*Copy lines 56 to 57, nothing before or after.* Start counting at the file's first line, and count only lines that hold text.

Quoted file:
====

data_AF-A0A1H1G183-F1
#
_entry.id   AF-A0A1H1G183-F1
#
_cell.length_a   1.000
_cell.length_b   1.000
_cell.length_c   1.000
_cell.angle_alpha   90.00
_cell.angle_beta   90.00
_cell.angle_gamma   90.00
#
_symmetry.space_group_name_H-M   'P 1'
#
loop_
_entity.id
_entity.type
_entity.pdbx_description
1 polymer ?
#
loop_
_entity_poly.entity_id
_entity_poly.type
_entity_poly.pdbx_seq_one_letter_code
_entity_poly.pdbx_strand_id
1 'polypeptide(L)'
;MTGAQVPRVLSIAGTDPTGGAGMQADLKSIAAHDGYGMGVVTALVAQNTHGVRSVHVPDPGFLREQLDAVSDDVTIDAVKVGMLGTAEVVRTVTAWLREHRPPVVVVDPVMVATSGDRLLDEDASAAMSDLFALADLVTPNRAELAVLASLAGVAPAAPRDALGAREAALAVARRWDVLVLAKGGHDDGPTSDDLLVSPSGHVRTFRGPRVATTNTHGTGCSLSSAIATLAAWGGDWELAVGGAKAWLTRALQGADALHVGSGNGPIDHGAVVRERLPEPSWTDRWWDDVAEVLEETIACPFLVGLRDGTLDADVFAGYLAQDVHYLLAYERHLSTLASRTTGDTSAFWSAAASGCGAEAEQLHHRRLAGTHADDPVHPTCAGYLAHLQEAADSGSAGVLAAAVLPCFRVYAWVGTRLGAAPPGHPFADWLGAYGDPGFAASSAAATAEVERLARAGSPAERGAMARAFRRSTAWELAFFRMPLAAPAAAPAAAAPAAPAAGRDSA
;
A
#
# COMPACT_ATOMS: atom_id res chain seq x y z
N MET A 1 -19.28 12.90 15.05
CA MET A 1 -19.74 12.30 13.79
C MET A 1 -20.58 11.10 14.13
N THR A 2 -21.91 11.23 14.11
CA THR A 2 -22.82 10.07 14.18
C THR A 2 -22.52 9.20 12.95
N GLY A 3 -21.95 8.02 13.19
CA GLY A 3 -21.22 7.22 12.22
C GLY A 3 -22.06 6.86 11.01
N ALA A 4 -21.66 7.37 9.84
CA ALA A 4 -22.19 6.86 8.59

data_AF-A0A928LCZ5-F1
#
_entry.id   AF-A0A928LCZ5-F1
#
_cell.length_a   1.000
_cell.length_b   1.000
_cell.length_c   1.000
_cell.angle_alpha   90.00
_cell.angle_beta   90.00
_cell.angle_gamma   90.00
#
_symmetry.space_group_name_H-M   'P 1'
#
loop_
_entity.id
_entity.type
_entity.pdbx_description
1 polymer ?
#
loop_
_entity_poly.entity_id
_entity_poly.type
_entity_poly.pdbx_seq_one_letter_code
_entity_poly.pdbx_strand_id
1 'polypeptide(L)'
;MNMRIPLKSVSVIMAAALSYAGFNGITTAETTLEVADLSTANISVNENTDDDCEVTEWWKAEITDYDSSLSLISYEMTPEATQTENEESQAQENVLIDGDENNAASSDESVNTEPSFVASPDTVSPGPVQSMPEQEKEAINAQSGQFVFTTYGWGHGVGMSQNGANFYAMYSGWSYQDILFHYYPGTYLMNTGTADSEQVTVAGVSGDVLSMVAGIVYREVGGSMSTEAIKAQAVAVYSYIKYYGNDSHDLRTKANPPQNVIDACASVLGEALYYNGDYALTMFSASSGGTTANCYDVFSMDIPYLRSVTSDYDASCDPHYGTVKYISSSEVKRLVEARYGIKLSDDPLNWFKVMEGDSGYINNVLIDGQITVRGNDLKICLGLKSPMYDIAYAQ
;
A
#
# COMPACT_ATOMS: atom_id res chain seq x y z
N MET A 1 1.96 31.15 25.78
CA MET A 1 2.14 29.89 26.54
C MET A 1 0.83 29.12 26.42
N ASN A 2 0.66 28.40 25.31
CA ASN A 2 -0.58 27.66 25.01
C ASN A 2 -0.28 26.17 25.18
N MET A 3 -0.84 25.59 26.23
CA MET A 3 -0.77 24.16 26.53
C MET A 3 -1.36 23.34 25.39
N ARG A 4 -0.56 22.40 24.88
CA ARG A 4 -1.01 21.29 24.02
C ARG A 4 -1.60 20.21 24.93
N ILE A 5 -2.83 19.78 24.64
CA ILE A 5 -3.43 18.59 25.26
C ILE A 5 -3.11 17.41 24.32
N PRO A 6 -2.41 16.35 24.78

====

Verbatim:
_entity.id
_entity.type